As passed by the House, the Bill will provide for leave related to a public health emergency with respect to the coronavirus that has been declared in a location that includes the employee’s work (including the commuting route of the employee), residence, or community.

Qualifying reasons for covered leave will be:

  • An Employee’s Own Coronavirus Sickness – if the employee needs leave to comply with the recommendation or order by a health care provider or health authority not to physically be present at work due to either the employee’s exposure to or symptoms of coronavirus, and the employee cannot perform the functions of their position and comply with the recommendation/order.
  • To Care for a Family Member with Coronavirus – if the family member has been determined by a health care provider or health authority as jeopardizing the health of others in the community due to either exposure to or symptoms of coronavirus.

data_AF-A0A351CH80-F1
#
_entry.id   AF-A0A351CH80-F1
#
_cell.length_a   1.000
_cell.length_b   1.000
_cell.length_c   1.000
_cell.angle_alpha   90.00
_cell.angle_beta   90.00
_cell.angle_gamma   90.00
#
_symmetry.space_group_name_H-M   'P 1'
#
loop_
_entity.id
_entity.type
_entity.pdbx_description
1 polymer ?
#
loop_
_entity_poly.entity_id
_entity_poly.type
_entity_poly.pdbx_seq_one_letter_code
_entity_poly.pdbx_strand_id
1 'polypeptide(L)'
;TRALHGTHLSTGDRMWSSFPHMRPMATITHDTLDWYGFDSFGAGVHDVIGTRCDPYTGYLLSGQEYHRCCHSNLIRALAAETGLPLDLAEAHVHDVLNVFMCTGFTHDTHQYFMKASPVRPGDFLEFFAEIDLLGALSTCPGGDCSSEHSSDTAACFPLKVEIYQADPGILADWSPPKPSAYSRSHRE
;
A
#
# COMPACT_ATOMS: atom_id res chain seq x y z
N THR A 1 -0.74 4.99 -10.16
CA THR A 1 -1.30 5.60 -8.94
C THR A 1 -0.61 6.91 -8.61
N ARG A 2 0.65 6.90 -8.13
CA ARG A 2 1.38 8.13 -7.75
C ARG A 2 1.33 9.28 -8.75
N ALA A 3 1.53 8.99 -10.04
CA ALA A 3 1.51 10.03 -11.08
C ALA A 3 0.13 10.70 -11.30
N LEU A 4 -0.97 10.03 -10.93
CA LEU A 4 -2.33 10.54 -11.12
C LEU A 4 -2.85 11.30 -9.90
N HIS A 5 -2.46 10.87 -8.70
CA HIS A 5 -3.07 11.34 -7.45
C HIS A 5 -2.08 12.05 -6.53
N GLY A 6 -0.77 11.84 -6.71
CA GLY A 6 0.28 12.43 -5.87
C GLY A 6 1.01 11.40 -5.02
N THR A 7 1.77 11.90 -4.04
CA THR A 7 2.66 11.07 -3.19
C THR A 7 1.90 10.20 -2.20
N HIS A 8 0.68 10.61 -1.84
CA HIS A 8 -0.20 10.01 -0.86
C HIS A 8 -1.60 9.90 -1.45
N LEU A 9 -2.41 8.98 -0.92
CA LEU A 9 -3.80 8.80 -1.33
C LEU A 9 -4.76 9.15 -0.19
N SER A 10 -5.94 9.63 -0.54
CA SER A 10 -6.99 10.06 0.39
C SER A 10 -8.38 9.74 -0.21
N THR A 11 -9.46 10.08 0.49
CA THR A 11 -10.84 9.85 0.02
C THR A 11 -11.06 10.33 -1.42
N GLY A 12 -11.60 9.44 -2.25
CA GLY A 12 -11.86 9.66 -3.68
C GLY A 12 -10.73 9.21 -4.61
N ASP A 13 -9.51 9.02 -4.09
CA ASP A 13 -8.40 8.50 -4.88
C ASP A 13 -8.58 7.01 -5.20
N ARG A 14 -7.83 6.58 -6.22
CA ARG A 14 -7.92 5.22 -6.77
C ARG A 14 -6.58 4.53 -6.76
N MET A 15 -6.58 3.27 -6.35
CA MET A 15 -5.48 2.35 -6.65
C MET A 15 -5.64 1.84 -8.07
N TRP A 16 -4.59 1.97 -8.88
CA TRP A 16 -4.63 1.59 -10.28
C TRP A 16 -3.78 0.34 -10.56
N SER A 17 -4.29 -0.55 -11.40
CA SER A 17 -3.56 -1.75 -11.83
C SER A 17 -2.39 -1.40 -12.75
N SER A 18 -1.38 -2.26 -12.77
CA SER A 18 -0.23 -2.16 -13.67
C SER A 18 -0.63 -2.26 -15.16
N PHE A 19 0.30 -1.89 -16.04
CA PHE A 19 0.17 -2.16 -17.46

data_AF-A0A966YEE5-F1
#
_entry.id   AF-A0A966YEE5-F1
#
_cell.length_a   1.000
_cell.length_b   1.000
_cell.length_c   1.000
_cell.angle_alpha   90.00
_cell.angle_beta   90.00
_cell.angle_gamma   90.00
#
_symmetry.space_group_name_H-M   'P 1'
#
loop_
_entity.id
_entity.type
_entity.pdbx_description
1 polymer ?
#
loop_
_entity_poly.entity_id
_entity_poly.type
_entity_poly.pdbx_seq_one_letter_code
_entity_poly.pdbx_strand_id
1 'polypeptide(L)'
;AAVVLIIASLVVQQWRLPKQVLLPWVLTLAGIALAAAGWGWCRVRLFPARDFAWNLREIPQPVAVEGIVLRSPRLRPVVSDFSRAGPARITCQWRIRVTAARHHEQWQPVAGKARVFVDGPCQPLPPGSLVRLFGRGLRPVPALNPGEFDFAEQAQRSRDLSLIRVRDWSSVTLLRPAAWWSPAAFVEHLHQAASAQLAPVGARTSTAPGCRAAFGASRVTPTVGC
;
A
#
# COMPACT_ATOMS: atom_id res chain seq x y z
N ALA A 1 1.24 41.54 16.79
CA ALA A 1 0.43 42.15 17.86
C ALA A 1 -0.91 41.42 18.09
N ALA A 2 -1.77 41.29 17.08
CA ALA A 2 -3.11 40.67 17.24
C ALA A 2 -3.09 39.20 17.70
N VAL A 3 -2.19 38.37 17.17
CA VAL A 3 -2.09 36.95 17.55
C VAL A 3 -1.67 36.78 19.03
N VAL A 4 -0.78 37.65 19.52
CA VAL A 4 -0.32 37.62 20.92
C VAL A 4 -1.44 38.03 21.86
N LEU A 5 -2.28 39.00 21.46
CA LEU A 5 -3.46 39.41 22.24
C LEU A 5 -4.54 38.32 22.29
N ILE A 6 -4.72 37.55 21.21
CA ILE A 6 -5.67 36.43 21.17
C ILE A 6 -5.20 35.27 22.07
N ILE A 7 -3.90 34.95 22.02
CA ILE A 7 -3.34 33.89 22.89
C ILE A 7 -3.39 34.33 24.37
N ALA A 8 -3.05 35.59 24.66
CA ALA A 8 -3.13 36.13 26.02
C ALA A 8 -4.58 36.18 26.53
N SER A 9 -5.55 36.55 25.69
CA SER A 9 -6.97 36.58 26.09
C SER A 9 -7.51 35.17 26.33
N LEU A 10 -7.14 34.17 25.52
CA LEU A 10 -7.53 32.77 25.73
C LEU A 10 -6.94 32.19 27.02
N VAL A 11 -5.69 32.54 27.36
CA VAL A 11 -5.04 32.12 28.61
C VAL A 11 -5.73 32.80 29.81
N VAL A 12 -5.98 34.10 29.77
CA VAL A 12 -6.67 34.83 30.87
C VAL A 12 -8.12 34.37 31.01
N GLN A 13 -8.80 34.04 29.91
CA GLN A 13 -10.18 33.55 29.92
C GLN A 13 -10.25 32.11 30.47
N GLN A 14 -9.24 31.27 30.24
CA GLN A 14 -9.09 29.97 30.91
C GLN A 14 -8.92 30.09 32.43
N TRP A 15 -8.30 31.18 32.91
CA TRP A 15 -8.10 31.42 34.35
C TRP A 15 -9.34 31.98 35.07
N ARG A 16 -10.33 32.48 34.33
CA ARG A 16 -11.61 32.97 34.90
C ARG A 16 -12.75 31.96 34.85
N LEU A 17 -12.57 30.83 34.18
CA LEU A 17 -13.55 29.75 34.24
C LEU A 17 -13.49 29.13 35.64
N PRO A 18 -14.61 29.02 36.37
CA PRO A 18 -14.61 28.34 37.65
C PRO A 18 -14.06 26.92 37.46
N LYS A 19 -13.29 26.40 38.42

• To Care for the Minor Child of the Employee – if the school or place of care has been closed, or the child care provider of such son or daughter is unavailable, due to a public health emergency with respect to coronavirus.

The Bill also provides the first two weeks of leave may be unpaid or employees may choose (but may not be required) to use accrued leave for the first two weeks of leave.  Thereafter, the employer shall provide paid leave at not less than two-thirds the employee’s regular rate.

Tax Credits to Offset Paid Sick Leave

Employers will be eligible for a tax credit to offset the emergency paid sick leave required to be paid pursuant to the Bill.  The credit is for up to 10 days and the amount will depend upon whether the leave is related to sickness (e.g., employees who must self-isolate, obtain a diagnosis, or comply with a self-isolation recommendation with respect to coronavirus) or family care (e.g., caring for a family member or for a child whose school or place of care has been closed).  For sick leave, the credit for each employee’s wages is capped at $511 per day.  For family leave, the credit for each employee’s wages is capped at $200 per day.  Notably, self-employed individuals will also be eligible for a tax credit subject to the same caps based upon the reason for the leave.